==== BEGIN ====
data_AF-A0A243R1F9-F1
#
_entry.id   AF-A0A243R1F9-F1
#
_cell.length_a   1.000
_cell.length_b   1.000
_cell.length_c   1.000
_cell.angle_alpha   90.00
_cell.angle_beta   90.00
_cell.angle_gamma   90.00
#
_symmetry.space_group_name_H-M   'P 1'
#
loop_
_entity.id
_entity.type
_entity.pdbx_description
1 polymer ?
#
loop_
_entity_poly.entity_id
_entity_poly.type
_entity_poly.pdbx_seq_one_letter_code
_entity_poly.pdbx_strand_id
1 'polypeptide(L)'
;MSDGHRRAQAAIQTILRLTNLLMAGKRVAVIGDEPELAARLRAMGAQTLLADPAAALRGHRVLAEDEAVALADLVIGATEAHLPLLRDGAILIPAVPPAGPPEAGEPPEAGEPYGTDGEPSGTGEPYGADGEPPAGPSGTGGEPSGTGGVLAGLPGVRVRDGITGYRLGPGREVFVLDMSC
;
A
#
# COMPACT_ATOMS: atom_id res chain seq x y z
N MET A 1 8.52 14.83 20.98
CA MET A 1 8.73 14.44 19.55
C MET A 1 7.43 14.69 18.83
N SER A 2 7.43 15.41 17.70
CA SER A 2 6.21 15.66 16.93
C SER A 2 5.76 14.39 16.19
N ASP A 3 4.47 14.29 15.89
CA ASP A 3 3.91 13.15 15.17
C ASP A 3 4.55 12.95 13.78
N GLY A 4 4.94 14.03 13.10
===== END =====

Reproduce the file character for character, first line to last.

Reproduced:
data_AF-A0A243R1F9-F1
#
_entry.id   AF-A0A243R1F9-F1
#
_cell.length_a   1.000
_cell.length_b   1.000
_cell.length_c   1.000
_cell.angle_alpha   90.00
_cell.angle_beta   90.00
_cell.angle_gamma   90.00
#
_symmetry.space_group_name_H-M   'P 1'
#
loop_
_entity.id
_entity.type
_entity.pdbx_description
1 polymer ?
#
loop_
_entity_poly.entity_id
_entity_poly.type
_entity_poly.pdbx_seq_one_letter_code
_entity_poly.pdbx_strand_id
1 'polypeptide(L)'
;MSDGHRRAQAAIQTILRLTNLLMAGKRVAVIGDEPELAARLRAMGAQTLLADPAAALRGHRVLAEDEAVALADLVIGATEAHLPLLRDGAILIPAVPPAGPPEAGEPPEAGEPYGTDGEPSGTGEPYGADGEPPAGPSGTGGEPSGTGGVLAGLPGVRVRDGITGYRLGPGREVFVLDMSC
;
A
#
# COMPACT_ATOMS: atom_id res chain seq x y z
N MET A 1 8.52 14.83 20.98
CA MET A 1 8.73 14.44 19.55
C MET A 1 7.43 14.69 18.83
N SER A 2 7.43 15.41 17.70
CA SER A 2 6.21 15.66 16.93
C SER A 2 5.76 14.39 16.19
N ASP A 3 4.47 14.29 15.89
CA ASP A 3 3.91 13.15 15.17
C ASP A 3 4.55 12.95 13.78
N GLY A 4 4.94 14.03 13.10